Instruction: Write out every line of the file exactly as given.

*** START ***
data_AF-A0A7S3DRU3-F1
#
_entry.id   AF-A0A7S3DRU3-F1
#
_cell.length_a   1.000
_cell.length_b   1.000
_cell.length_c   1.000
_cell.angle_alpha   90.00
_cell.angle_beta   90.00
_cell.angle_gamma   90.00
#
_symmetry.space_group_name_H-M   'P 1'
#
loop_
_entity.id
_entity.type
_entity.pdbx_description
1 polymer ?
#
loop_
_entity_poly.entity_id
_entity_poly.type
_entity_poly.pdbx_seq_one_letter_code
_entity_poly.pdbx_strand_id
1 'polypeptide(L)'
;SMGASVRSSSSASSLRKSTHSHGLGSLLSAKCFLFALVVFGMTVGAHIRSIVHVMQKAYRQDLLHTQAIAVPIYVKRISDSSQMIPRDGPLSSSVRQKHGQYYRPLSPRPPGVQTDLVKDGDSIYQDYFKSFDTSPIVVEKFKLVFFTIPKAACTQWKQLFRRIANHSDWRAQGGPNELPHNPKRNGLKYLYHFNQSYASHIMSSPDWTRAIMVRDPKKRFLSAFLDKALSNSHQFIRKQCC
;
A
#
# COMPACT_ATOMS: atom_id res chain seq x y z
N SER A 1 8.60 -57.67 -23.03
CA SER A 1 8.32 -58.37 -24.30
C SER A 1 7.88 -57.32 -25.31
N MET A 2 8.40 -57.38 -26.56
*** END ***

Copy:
data_AF-A0A7S3DRU3-F1
#
_entry.id   AF-A0A7S3DRU3-F1
#
_cell.length_a   1.000
_cell.length_b   1.000
_cell.length_c   1.000
_cell.angle_alpha   90.00
_cell.angle_beta   90.00
_cell.angle_gamma   90.00
#
_symmetry.space_group_name_H-M   'P 1'
#
loop_
_entity.id
_entity.type
_entity.pdbx_description
1 polymer ?
#
loop_
_entity_poly.entity_id
_entity_poly.type
_entity_poly.pdbx_seq_one_letter_code
_entity_poly.pdbx_strand_id
1 'polypeptide(L)'
;SMGASVRSSSSASSLRKSTHSHGLGSLLSAKCFLFALVVFGMTVGAHIRSIVHVMQKAYRQDLLHTQAIAVPIYVKRISDSSQMIPRDGPLSSSVRQKHGQYYRPLSPRPPGVQTDLVKDGDSIYQDYFKSFDTSPIVVEKFKLVFFTIPKAACTQWKQLFRRIANHSDWRAQGGPNELPHNPKRNGLKYLYHFNQSYASHIMSSPDWTRAIMVRDPKKRFLSAFLDKALSNSHQFIRKQCC
;
A
#
# COMPACT_ATOMS: atom_id res chain seq x y z
N SER A 1 8.60 -57.67 -23.03
CA SER A 1 8.32 -58.37 -24.30
C SER A 1 7.88 -57.32 -25.31
N MET A 2 8.40 -57.38 -26.56